Cyfeiliog (1085) ap Uchdryd (1051) ap Edwin of Tegeingl (1017). 
Gronwy ap Tudor, born c. 1270 and died 1331.
He married Gwerfyl (1285) ferch Madog (1260) ap Iorwerth (1230) ap Madog of Hendwr (1200) ap Gruffudd (1170) ap Owain Brogyntyn
(1140).  While this Gronwy held lands in several parts of Wales, the only inquisition post mortem known to be preserved
relates only to two manors in northern Ceredigion. In that document, we are told that Gronwy had 3 sons, all of full
legal age in 1331, who would inherit equal shares of those manors.  Since those manors were held directly of King
Edward III, we thus know he had earlier given his fealty to the king. His sons were named as Hywel, Tudor and Gruffudd.
While both Hywel and Tudor ap
Gronwy appear in many other early sources, no brother named Gruffudd is found in any other source. We think it important
to explore this fact as it may well be responsible for the full-generation gap in the pedigree of Henry VII.
The inquest at issue is available
to researchers only in the form of a record printed in English. The original manuscript would have been hand-written
in Latin. Other manuscripts of the period make it clear that the form of Latin used in official documents was replete
with "generally accepted" abbreviations. We suggest the sons of Gronwy ap Tudor were listed as something like "Howeli
ap Gronou", Tudur ap Gronou" and "Gr. ap Gronou". It was the editor that translated and prepared the manuscript
for publishing, we believe, who decided that "Gr." meant "Gruffudd". Had he opted for "Gronwy", it would have been clear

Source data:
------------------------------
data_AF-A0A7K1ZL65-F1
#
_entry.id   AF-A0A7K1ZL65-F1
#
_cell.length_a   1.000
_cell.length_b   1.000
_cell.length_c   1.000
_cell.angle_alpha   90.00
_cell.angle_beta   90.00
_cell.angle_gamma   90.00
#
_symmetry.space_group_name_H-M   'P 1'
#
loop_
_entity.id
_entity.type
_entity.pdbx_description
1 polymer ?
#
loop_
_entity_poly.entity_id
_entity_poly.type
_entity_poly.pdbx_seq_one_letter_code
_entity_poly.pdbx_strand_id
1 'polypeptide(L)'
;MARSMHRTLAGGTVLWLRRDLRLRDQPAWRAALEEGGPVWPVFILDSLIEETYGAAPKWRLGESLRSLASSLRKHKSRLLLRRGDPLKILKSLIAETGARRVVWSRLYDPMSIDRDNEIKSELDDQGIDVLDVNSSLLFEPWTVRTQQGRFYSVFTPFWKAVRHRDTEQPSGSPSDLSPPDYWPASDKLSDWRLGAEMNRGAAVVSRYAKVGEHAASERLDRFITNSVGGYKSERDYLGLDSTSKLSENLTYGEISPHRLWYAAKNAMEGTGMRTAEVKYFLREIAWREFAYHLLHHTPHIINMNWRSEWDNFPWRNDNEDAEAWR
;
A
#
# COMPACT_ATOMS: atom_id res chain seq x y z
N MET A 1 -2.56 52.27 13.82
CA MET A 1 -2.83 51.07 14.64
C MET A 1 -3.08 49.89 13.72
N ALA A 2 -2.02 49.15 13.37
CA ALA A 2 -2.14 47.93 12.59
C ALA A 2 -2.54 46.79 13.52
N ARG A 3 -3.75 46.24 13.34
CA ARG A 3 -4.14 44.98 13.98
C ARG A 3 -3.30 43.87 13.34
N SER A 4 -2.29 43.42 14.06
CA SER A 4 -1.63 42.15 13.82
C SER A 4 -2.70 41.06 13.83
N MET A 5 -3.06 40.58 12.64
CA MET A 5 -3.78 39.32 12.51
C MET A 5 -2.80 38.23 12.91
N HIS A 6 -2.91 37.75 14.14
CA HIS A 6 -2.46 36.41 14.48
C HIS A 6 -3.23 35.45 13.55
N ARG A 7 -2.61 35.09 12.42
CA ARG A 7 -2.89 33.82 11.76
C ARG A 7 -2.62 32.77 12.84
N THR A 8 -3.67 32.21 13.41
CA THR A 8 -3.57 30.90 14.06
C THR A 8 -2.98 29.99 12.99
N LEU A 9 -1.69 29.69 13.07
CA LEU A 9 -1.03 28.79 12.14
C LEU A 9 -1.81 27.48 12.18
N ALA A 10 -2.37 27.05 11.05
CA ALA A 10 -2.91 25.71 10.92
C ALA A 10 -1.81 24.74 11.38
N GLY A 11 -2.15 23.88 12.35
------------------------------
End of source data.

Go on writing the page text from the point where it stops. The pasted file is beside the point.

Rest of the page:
that Gronwy ap Tudor had a son named Gronwy (probably called Fychan).
Within the body of Welsh pedigrees,
we find two ladies, one called Gwenllian Fychan ferch Gronwy Fychan ap Gronwy , and the other called Generys Fychan ferch
Gronwy Fychan ap Gronwy.  These sisters were born about 1335/40 based upon the age of the men they married, and
Bartrum's charts date the ladies to 1330. But he attached them to Gronwy Fychan ap Gronwy ap Ednyfed Fychan, a man he
incorrectly dates to 1270 (a grandson of Ednyfed would date c. 1235). Yet they were born in exactly the same generation
of other grandchildren of Gronwy ap Tudor ap Gronwy ap Ednyfed Fychan. Chronologically, the ladies must have been daughters
(1335) ferch Gronwy Fychan (1305) ap Gronwy (1270) ap Tudor (1235) ap Gronwy (1200) ap Ednyfed Fychan. The 1334 Survey
of Denbigh also cites a Gronwy Fychan ap Gronwy alive on that date and holding lands in Is Dulas, Rhos and Uwch Aled, Rhufoniog
, lands near the traditional seat of Ednyfed Fychan. Was this a near-100 year old grandson of Ednyfed Fychan, or
a 35 year old son of Gronwy ap Tudor? We rest our case.
(A) Hywel ap Gronwy ap Tudor, born c. 1300. He is known to have held
lands in Dindaethwy, Anglesey jointly with his brother, Tudor, in 1352. This Hywel was accused of participating in a
1345 plot which resulted in the murder of one William de Shaldeford. While he was arrested and held in confinement until
1347, no record of any conviction or punishment is extant. He is said to have been a cleric and might be the Hywel ap